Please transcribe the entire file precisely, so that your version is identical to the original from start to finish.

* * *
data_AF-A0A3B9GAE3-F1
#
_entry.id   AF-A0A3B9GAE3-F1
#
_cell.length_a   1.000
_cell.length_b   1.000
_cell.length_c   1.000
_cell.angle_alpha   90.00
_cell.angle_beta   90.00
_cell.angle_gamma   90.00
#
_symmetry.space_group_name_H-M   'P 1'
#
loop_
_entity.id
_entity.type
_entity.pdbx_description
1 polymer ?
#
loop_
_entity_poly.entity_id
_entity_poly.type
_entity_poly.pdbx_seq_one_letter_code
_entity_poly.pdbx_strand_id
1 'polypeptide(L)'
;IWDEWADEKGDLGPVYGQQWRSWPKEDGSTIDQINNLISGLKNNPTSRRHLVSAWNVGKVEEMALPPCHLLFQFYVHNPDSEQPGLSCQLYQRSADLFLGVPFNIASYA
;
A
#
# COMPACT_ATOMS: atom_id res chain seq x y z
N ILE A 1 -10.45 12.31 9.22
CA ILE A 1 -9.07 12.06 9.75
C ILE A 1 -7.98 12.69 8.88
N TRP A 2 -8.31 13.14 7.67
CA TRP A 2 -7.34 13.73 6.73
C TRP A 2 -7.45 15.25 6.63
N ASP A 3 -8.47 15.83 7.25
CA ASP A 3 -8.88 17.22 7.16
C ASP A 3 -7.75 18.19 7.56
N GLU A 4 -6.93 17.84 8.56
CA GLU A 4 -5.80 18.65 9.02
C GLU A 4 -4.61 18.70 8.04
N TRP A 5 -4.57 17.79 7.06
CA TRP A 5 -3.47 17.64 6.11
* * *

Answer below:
data_AF-A0A3B9GAE3-F1
#
_entry.id   AF-A0A3B9GAE3-F1
#
_cell.length_a   1.000
_cell.length_b   1.000
_cell.length_c   1.000
_cell.angle_alpha   90.00
_cell.angle_beta   90.00
_cell.angle_gamma   90.00
#
_symmetry.space_group_name_H-M   'P 1'
#
loop_
_entity.id
_entity.type
_entity.pdbx_description
1 polymer ?
#
loop_
_entity_poly.entity_id
_entity_poly.type
_entity_poly.pdbx_seq_one_letter_code
_entity_poly.pdbx_strand_id
1 'polypeptide(L)'
;IWDEWADEKGDLGPVYGQQWRSWPKEDGSTIDQINNLISGLKNNPTSRRHLVSAWNVGKVEEMALPPCHLLFQFYVHNPDSEQPGLSCQLYQRSADLFLGVPFNIASYA
;
A
#
# COMPACT_ATOMS: atom_id res chain seq x y z
N ILE A 1 -10.45 12.31 9.22
CA ILE A 1 -9.07 12.06 9.75
C ILE A 1 -7.98 12.69 8.88
N TRP A 2 -8.31 13.14 7.67
CA TRP A 2 -7.34 13.73 6.73
C TRP A 2 -7.45 15.25 6.63
N ASP A 3 -8.47 15.83 7.25
CA ASP A 3 -8.88 17.22 7.16
C ASP A 3 -7.75 18.19 7.56
N GLU A 4 -6.93 17.84 8.56
CA GLU A 4 -5.80 18.65 9.02
C GLU A 4 -4.61 18.70 8.04
N TRP A 5 -4.57 17.79 7.06
CA TRP A 5 -3.47 17.64 6.11